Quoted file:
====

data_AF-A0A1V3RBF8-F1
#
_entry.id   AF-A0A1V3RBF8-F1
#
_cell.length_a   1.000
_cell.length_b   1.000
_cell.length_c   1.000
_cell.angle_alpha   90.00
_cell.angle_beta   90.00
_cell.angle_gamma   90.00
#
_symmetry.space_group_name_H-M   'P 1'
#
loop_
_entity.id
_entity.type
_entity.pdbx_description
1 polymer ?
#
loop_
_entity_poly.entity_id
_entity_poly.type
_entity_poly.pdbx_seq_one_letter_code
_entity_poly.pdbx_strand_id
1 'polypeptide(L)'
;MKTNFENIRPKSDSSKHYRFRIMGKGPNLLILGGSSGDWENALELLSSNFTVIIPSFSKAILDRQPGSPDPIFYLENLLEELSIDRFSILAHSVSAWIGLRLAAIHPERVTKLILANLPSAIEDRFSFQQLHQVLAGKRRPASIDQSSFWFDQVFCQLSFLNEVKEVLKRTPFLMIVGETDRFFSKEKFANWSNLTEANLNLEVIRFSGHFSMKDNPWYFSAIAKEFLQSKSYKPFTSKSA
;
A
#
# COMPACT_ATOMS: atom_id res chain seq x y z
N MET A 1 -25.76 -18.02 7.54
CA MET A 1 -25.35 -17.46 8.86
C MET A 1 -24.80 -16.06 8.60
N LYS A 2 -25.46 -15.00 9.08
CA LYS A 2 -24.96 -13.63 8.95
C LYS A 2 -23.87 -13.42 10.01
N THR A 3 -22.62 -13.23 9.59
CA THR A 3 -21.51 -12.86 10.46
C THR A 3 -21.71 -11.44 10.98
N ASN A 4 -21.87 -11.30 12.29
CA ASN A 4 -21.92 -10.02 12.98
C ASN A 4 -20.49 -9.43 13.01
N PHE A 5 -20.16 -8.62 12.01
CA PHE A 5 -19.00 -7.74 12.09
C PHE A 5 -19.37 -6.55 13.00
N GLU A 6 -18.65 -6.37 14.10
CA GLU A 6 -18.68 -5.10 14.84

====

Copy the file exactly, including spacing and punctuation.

data_AF-A0A1V3RBF8-F1
#
_entry.id   AF-A0A1V3RBF8-F1
#
_cell.length_a   1.000
_cell.length_b   1.000
_cell.length_c   1.000
_cell.angle_alpha   90.00
_cell.angle_beta   90.00
_cell.angle_gamma   90.00
#
_symmetry.space_group_name_H-M   'P 1'
#
loop_
_entity.id
_entity.type
_entity.pdbx_description
1 polymer ?
#
loop_
_entity_poly.entity_id
_entity_poly.type
_entity_poly.pdbx_seq_one_letter_code
_entity_poly.pdbx_strand_id
1 'polypeptide(L)'
;MKTNFENIRPKSDSSKHYRFRIMGKGPNLLILGGSSGDWENALELLSSNFTVIIPSFSKAILDRQPGSPDPIFYLENLLEELSIDRFSILAHSVSAWIGLRLAAIHPERVTKLILANLPSAIEDRFSFQQLHQVLAGKRRPASIDQSSFWFDQVFCQLSFLNEVKEVLKRTPFLMIVGETDRFFSKEKFANWSNLTEANLNLEVIRFSGHFSMKDNPWYFSAIAKEFLQSKSYKPFTSKSA
;
A
#
# COMPACT_ATOMS: atom_id res chain seq x y z
N MET A 1 -25.76 -18.02 7.54
CA MET A 1 -25.35 -17.46 8.86
C MET A 1 -24.80 -16.06 8.60
N LYS A 2 -25.46 -15.00 9.08
CA LYS A 2 -24.96 -13.63 8.95
C LYS A 2 -23.87 -13.42 10.01
N THR A 3 -22.62 -13.23 9.59
CA THR A 3 -21.51 -12.86 10.46
C THR A 3 -21.71 -11.44 10.98
N ASN A 4 -21.87 -11.30 12.29
CA ASN A 4 -21.92 -10.02 12.98
C ASN A 4 -20.49 -9.43 13.01
N PHE A 5 -20.16 -8.62 12.01
CA PHE A 5 -19.00 -7.74 12.09
C PHE A 5 -19.37 -6.55 13.00
N GLU A 6 -18.65 -6.37 14.10
CA GLU A 6 -18.68 -5.10 14.84